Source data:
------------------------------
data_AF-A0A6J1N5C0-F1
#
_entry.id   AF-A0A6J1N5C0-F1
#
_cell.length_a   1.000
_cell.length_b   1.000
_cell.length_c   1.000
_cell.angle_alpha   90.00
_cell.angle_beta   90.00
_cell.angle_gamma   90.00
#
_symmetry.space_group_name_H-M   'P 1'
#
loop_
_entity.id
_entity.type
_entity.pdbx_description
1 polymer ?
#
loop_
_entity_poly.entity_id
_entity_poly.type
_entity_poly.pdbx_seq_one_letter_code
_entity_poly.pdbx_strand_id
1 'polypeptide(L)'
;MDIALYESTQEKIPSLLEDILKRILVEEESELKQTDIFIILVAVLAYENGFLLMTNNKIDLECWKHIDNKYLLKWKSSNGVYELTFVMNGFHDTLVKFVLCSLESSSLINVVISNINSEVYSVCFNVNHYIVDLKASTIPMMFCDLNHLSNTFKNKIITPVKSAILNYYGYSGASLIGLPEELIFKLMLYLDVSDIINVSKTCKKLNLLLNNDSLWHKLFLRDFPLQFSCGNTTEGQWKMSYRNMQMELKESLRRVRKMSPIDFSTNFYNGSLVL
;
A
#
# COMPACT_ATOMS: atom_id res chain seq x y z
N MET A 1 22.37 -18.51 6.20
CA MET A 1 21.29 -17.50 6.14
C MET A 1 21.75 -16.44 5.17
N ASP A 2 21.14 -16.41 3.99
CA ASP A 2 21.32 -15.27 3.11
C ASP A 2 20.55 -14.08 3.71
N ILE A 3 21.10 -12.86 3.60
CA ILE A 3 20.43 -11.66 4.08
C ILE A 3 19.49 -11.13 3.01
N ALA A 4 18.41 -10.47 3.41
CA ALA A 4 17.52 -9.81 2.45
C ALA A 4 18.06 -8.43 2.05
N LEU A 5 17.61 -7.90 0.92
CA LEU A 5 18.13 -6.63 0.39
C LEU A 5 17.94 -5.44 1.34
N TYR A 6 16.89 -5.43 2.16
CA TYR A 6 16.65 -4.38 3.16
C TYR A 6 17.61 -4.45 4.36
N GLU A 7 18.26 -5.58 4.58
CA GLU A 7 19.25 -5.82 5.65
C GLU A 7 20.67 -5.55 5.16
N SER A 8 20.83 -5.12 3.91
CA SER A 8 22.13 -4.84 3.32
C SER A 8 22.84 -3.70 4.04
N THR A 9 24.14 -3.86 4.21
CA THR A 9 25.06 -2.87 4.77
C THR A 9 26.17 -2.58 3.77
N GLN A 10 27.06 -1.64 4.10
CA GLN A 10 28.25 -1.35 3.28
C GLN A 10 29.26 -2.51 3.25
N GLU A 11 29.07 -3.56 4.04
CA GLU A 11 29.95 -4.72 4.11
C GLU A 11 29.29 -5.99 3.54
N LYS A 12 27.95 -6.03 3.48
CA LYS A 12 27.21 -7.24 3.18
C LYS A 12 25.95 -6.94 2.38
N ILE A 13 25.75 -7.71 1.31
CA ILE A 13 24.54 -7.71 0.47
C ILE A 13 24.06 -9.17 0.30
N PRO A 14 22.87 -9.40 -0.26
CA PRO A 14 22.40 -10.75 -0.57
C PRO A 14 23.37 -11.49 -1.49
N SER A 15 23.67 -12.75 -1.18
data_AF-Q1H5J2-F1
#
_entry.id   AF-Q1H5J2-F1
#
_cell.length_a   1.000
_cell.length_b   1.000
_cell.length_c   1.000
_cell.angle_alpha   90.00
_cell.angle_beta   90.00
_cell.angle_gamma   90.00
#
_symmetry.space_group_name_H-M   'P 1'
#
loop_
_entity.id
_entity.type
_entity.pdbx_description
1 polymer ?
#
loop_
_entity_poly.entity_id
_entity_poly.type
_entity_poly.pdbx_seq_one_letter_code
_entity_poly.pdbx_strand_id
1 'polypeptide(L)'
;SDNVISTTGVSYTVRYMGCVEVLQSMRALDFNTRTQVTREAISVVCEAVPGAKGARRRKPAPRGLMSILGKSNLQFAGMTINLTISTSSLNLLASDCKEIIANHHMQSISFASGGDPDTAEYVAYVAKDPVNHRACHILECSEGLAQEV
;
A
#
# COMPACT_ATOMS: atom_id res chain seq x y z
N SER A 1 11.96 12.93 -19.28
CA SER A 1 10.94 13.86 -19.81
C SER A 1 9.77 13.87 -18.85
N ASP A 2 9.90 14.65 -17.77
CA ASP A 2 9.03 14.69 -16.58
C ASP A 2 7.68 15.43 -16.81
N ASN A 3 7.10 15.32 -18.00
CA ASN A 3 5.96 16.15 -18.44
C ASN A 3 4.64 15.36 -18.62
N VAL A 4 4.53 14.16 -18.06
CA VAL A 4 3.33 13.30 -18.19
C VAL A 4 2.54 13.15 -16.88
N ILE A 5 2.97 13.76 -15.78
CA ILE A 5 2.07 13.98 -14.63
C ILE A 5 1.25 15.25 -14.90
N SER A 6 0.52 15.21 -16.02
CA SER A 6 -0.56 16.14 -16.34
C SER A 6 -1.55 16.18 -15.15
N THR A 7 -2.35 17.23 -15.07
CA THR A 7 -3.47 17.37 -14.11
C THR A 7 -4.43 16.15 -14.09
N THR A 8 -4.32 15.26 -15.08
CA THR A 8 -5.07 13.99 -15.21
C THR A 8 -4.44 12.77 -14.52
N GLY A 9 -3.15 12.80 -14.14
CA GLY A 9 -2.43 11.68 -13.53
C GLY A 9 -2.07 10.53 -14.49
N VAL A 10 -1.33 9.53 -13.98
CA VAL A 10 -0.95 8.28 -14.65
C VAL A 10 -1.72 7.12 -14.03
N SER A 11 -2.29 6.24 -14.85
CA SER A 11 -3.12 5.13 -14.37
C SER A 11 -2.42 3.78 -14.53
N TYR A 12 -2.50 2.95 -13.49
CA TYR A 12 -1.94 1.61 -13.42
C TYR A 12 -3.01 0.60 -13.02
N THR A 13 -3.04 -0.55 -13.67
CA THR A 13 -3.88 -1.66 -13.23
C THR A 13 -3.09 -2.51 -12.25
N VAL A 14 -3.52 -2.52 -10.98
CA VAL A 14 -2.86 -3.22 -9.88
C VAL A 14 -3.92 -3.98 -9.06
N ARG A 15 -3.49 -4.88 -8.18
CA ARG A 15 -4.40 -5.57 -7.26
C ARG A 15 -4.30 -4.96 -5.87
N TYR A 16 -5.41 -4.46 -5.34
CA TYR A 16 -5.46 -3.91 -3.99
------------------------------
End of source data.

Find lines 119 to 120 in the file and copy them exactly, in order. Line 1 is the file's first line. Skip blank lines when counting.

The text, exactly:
N SER A 6 0.52 15.21 -16.02
CA SER A 6 -0.56 16.14 -16.34